07 Dec 2005
Optical parametric oscillators offer a convenient source of coherent light that can be tuned across the ultraviolet, visible and infrared. Günter Warmbier describes the principle of operation and key characteristics of these useful devices.
The first optical parametric oscillator (OPO) was demonstrated by Giordmaine and Miller at Bell Laboratories, US, in 1965, only a few years after the invention of the laser. Over the next two decades the OPO was subject to detailed theoretical and experimental investigations. However, development was hampered by the lack of nonlinear optical materials with appropriate optical and mechanical properties.
This situation did not change until the late 1980s when new nonlinear materials such as beta bariumborate (BBO) and lithiumborate (LBO) became available. With their unique properties (high nonlinearity, wide transparency range and high damage threshold), BBO and LBO are still the materials of choice for many applications. OPOs made from either BBO or LBO crystals provide an all-solid-state light source which combines both high efficiency and high output power with a wide tuning range in the ultraviolet, visible and near infrared.
Besides the need for suitable nonlinear crystals, stable operation of an OPO also requires a high-quality pump beam which has a single transverse mode (TEM00) and is almost diffraction limited. As a result, advances in laser technology have also played an important role in the development of reliable OPOs for scientific applications or integration into technical systems such as LIDAR.
Today, most commercially available OPOs are pulsed systems pumped by Q-switched Nd:YAG lasers operating with nanosecond pulses at a repetition rate of 1-100 Hz. The OPO output has the same repetition rate as the pump laser pulses but a slightly reduced pulse width. OPOs that offer continuous-wave (CW) operation or emit ultrashort (picosecond or femtosecond) pulses are also available.
The tuning range of an OPO depends primarily on the wavelength of the pump laser beam and the type of nonlinear crystal in the cavity. Pumped by the third harmonic (355 nm) of an Nd:YAG laser, the output of a BBO-OPO is widely tunable in the visible and near infrared. For example, by changing the phase-matching angle θ by only 10 ° (23.1-33.1 °) the tuning range of such an OPO can span the visible from 400 to 710 nm (signal wave) and the near infrared from 710 nm to 3 mm (idler wave).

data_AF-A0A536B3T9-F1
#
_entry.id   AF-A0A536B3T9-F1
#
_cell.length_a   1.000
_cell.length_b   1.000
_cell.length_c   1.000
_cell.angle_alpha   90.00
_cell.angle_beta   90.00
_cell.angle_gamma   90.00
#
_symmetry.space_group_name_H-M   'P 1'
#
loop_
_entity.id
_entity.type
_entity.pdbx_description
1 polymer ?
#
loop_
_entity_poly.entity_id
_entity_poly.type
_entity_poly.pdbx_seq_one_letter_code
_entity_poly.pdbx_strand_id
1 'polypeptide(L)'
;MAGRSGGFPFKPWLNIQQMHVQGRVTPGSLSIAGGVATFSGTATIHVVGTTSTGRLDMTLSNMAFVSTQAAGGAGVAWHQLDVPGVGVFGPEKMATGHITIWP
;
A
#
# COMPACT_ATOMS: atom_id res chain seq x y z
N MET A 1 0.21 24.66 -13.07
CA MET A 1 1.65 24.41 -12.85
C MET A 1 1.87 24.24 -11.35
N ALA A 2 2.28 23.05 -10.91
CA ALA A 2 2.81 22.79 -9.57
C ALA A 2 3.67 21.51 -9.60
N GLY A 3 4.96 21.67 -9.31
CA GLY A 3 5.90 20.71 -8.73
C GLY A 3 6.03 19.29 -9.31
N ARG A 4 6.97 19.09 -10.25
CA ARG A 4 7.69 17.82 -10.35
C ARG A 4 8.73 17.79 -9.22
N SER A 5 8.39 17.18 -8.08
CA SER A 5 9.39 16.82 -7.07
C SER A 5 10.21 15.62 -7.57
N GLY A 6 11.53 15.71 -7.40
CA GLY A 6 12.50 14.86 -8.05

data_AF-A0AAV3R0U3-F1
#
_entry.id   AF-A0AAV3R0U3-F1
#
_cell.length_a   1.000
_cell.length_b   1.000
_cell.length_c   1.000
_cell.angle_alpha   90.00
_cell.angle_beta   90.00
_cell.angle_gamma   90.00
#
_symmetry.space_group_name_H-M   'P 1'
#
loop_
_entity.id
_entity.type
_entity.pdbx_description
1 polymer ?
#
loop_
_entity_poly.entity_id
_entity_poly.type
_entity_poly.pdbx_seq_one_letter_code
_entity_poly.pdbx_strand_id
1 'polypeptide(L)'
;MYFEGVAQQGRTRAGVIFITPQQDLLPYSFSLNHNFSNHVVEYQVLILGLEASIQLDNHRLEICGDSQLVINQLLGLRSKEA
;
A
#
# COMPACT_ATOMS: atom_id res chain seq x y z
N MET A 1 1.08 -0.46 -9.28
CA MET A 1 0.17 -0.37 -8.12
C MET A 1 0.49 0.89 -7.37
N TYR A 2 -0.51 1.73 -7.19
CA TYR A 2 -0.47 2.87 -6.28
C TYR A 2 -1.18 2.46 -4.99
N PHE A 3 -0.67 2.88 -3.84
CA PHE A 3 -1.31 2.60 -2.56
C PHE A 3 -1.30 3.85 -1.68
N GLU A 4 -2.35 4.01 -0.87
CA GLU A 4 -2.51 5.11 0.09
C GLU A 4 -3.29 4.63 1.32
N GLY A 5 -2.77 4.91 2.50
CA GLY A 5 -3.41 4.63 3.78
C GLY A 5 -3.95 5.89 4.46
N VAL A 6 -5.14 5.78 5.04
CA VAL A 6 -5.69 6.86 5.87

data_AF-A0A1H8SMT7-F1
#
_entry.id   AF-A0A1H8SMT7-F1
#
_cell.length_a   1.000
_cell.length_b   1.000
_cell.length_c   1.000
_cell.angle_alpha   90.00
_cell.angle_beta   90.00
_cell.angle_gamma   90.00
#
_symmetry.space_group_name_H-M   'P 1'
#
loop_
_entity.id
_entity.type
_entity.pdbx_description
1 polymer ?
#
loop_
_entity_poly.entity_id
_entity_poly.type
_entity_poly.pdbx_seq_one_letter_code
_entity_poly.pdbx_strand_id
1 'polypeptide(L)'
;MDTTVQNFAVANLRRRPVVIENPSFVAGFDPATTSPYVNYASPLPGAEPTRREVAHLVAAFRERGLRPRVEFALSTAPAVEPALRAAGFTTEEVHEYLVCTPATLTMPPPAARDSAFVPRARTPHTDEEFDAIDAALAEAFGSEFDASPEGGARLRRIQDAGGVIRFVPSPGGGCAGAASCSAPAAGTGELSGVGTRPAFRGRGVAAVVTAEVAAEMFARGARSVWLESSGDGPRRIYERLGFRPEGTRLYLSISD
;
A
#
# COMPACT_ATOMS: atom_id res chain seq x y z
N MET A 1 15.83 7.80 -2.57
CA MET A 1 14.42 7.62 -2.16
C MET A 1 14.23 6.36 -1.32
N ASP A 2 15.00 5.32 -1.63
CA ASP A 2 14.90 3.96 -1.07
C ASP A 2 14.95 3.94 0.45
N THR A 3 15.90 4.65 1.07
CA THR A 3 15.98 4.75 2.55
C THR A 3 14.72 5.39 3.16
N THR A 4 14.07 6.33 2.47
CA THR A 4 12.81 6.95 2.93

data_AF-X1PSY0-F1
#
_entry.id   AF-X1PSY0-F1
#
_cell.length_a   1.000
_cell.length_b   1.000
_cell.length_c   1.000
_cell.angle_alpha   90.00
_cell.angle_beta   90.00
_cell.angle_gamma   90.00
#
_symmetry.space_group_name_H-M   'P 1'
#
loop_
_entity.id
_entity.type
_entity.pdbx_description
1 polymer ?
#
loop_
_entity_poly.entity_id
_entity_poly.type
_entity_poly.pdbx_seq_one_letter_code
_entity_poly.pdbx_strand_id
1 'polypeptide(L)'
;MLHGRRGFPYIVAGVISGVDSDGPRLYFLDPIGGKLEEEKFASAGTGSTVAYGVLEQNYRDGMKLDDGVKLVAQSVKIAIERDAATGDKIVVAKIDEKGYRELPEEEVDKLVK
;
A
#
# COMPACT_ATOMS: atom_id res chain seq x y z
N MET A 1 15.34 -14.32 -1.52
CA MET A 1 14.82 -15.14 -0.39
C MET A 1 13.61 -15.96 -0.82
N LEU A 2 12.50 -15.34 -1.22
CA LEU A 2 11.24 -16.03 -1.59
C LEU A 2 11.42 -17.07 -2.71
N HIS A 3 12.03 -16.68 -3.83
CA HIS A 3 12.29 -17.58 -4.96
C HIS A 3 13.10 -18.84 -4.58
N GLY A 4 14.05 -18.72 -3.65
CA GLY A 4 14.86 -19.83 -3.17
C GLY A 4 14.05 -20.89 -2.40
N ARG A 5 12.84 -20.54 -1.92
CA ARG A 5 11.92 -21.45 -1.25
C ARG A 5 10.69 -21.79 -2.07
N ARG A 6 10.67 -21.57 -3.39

To generate radiation at longer wavelengths, Nd:YAG-pumped OPOs require crystals made from materials such as potassium niobate (KNbO3) or lithium niobate (LiNbO3), which have better transparency in the infrared. With these materials the generation of near infrared radiation at wavelengths of up to 5 μm is possible.
The threshold of an OPO (the pump power at which operation commences) depends on several factors - the length of the crystal, the reflectivity of the mirrors and the wavelength of the signal and idler wave. For a BBO-OPO pumped by 10 ns long 355 nm laser pulses, the pump energy density at threshold is as low as 0.1-0.2 J cm-2 which corresponds to pump pulse energies of 5-7 mJ. The power densities are in the range of 20-40 MW cm-2 and thus well below the BBO damage threshold of several GW cm-2.
Efficiency and output power
Besides the large tuning range, high efficiency and high output power are the other attractions of OPO devices. With pump pulse energies of 55 mJ (easily generated by commercial small size Nd:YAG systems) the BBO-OPO output exceeds 24 mJ. This efficiency of 43% corresponds to a crystal-internal efficiency of more than 50%.
At higher input powers, the output and efficiency increases significantly. For example, for input energies of 300 mJ, OPO output can exceed 150 mJ which corresponds to a total efficiency of 50% and a slope efficiency as high as 60%.
The bandwidth (spectral width of the emitted beams) of an OPO's output depends on the wavelength, the parameters of the resonator and both the linewidth and power of the pump.